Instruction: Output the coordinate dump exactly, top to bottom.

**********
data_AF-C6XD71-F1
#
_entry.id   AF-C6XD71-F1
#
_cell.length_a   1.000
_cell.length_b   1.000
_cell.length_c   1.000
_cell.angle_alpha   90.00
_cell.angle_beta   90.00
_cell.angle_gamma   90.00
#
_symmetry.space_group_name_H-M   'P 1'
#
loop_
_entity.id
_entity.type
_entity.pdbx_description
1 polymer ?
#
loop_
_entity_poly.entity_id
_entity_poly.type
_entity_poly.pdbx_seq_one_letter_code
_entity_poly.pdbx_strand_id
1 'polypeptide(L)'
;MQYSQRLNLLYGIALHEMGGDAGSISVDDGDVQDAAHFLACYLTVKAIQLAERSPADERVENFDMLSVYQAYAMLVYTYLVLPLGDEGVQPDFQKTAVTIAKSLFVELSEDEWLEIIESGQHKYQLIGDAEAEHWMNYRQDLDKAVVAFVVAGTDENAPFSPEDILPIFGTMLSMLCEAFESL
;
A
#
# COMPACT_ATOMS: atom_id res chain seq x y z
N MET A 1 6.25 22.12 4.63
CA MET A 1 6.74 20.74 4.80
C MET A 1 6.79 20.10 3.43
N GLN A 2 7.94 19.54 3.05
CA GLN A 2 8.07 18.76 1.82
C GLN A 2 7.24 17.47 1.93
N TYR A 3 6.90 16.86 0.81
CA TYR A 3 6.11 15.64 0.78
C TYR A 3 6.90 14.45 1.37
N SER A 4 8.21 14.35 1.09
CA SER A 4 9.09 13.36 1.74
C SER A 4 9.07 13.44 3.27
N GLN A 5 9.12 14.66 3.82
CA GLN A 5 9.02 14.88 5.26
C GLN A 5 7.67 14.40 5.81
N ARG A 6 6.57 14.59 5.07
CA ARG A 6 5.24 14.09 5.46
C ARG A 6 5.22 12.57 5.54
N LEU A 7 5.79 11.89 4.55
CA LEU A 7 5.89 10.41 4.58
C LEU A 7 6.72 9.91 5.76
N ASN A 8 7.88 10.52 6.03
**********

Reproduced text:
data_AF-C6XD71-F1
#
_entry.id   AF-C6XD71-F1
#
_cell.length_a   1.000
_cell.length_b   1.000
_cell.length_c   1.000
_cell.angle_alpha   90.00
_cell.angle_beta   90.00
_cell.angle_gamma   90.00
#
_symmetry.space_group_name_H-M   'P 1'
#
loop_
_entity.id
_entity.type
_entity.pdbx_description
1 polymer ?
#
loop_
_entity_poly.entity_id
_entity_poly.type
_entity_poly.pdbx_seq_one_letter_code
_entity_poly.pdbx_strand_id
1 'polypeptide(L)'
;MQYSQRLNLLYGIALHEMGGDAGSISVDDGDVQDAAHFLACYLTVKAIQLAERSPADERVENFDMLSVYQAYAMLVYTYLVLPLGDEGVQPDFQKTAVTIAKSLFVELSEDEWLEIIESGQHKYQLIGDAEAEHWMNYRQDLDKAVVAFVVAGTDENAPFSPEDILPIFGTMLSMLCEAFESL
;
A
#
# COMPACT_ATOMS: atom_id res chain seq x y z
N MET A 1 6.25 22.12 4.63
CA MET A 1 6.74 20.74 4.80
C MET A 1 6.79 20.10 3.43
N GLN A 2 7.94 19.54 3.05
CA GLN A 2 8.07 18.76 1.82
C GLN A 2 7.24 17.47 1.93
N TYR A 3 6.90 16.86 0.81
CA TYR A 3 6.11 15.64 0.78
C TYR A 3 6.90 14.45 1.37
N SER A 4 8.21 14.35 1.09
CA SER A 4 9.09 13.36 1.74
C SER A 4 9.07 13.44 3.27
N GLN A 5 9.12 14.66 3.82
CA GLN A 5 9.02 14.88 5.26
C GLN A 5 7.67 14.40 5.81
N ARG A 6 6.57 14.59 5.07
CA ARG A 6 5.24 14.09 5.46
C ARG A 6 5.22 12.57 5.54
N LEU A 7 5.79 11.89 4.55
CA LEU A 7 5.89 10.41 4.58
C LEU A 7 6.72 9.91 5.76
N ASN A 8 7.88 10.52 6.03